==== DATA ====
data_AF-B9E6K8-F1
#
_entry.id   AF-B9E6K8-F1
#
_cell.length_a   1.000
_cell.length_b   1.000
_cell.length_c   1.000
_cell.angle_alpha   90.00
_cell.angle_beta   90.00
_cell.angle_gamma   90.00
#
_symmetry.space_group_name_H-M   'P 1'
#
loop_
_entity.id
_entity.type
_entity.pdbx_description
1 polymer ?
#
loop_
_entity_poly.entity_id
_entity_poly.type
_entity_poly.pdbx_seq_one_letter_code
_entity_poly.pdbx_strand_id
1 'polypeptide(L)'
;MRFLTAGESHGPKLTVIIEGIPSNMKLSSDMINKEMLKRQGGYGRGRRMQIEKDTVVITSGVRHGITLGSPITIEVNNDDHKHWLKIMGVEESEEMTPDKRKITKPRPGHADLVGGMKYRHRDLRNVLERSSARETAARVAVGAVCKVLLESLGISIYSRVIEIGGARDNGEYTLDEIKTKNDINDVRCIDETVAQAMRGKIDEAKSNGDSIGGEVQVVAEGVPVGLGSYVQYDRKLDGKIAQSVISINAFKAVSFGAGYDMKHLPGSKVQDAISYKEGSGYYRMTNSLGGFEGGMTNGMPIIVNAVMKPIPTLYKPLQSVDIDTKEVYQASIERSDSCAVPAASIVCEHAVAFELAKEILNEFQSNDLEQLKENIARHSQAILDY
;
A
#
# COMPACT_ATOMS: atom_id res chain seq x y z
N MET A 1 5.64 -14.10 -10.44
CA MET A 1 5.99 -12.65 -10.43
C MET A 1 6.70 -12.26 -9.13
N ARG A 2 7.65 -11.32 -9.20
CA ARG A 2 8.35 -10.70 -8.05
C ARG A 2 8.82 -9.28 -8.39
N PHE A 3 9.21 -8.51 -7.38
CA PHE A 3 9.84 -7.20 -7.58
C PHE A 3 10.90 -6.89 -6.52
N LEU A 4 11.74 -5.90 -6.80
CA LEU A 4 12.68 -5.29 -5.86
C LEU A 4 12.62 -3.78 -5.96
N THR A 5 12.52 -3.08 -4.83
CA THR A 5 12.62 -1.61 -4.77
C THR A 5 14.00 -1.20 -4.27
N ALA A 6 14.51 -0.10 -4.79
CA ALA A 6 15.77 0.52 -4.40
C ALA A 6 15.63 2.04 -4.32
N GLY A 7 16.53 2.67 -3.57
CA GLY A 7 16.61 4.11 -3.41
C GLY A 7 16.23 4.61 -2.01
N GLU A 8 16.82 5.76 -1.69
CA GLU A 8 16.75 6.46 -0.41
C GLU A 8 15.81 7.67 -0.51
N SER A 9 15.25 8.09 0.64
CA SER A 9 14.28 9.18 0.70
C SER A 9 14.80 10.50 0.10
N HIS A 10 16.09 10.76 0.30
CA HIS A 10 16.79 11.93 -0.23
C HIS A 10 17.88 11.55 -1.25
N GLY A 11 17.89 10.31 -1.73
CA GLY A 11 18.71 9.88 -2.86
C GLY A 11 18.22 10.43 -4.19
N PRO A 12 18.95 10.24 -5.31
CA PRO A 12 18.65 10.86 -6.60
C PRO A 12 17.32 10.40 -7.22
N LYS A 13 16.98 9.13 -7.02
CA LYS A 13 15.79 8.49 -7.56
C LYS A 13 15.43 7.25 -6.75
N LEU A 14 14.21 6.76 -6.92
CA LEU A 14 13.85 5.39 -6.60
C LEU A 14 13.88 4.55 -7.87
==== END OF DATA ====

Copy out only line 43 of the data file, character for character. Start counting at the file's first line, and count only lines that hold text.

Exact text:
N THR A 5 12.52 -3.08 -4.83